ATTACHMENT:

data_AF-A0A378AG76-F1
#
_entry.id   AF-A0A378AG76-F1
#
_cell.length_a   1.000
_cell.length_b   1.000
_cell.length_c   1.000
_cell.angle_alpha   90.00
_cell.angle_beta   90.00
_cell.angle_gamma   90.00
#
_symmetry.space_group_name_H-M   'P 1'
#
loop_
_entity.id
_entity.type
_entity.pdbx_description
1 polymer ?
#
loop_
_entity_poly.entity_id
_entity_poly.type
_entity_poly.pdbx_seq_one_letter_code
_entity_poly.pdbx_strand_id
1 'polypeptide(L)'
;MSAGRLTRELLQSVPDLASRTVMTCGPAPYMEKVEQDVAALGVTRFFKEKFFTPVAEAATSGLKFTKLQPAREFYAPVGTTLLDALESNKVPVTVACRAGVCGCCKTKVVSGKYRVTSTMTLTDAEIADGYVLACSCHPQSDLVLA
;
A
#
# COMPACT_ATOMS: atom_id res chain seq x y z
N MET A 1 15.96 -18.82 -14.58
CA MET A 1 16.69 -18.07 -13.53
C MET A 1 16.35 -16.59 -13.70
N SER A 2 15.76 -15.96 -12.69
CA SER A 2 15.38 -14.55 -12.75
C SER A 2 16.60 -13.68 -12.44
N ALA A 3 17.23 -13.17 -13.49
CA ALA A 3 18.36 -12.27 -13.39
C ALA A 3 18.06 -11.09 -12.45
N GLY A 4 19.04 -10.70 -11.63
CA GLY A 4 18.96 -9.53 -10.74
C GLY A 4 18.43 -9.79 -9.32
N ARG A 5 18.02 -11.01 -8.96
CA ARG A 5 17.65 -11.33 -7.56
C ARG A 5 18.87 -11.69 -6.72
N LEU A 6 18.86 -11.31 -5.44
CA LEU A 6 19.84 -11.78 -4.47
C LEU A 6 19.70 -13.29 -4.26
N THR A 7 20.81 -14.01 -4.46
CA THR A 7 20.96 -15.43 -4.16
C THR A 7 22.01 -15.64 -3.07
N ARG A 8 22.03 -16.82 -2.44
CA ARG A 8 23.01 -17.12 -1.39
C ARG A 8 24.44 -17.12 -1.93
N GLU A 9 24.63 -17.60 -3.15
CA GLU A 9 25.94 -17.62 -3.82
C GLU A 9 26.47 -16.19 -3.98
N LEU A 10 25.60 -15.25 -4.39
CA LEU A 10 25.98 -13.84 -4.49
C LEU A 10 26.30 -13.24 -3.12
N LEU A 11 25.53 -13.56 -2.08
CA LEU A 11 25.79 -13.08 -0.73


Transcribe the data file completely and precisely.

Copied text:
data_AF-A0A378AG76-F1
#
_entry.id   AF-A0A378AG76-F1
#
_cell.length_a   1.000
_cell.length_b   1.000
_cell.length_c   1.000
_cell.angle_alpha   90.00
_cell.angle_beta   90.00
_cell.angle_gamma   90.00
#
_symmetry.space_group_name_H-M   'P 1'
#
loop_
_entity.id
_entity.type
_entity.pdbx_description
1 polymer ?
#
loop_
_entity_poly.entity_id
_entity_poly.type
_entity_poly.pdbx_seq_one_letter_code
_entity_poly.pdbx_strand_id
1 'polypeptide(L)'
;MSAGRLTRELLQSVPDLASRTVMTCGPAPYMEKVEQDVAALGVTRFFKEKFFTPVAEAATSGLKFTKLQPAREFYAPVGTTLLDALESNKVPVTVACRAGVCGCCKTKVVSGKYRVTSTMTLTDAEIADGYVLACSCHPQSDLVLA
;
A
#
# COMPACT_ATOMS: atom_id res chain seq x y z
N MET A 1 15.96 -18.82 -14.58
CA MET A 1 16.69 -18.07 -13.53
C MET A 1 16.35 -16.59 -13.70
N SER A 2 15.76 -15.96 -12.69
CA SER A 2 15.38 -14.55 -12.75
C SER A 2 16.60 -13.68 -12.44
N ALA A 3 17.23 -13.17 -13.49
CA ALA A 3 18.36 -12.27 -13.39
C ALA A 3 18.06 -11.09 -12.45
N GLY A 4 19.04 -10.70 -11.63
CA GLY A 4 18.96 -9.53 -10.74
C GLY A 4 18.43 -9.79 -9.32
N ARG A 5 18.02 -11.01 -8.96
CA ARG A 5 17.65 -11.33 -7.56
C ARG A 5 18.87 -11.69 -6.72
N LEU A 6 18.86 -11.31 -5.44
CA LEU A 6 19.84 -11.78 -4.47
C LEU A 6 19.70 -13.29 -4.26
N THR A 7 20.81 -14.01 -4.46
CA THR A 7 20.96 -15.43 -4.16
C THR A 7 22.01 -15.64 -3.07
N ARG A 8 22.03 -16.82 -2.44
CA ARG A 8 23.01 -17.12 -1.39
C ARG A 8 24.44 -17.12 -1.93
N GLU A 9 24.63 -17.60 -3.15
CA GLU A 9 25.94 -17.62 -3.82
C GLU A 9 26.47 -16.19 -3.98
N LEU A 10 25.60 -15.25 -4.39
CA LEU A 10 25.98 -13.84 -4.49
C LEU A 10 26.30 -13.24 -3.12
N LEU A 11 25.53 -13.56 -2.08
CA LEU A 11 25.79 -13.08 -0.73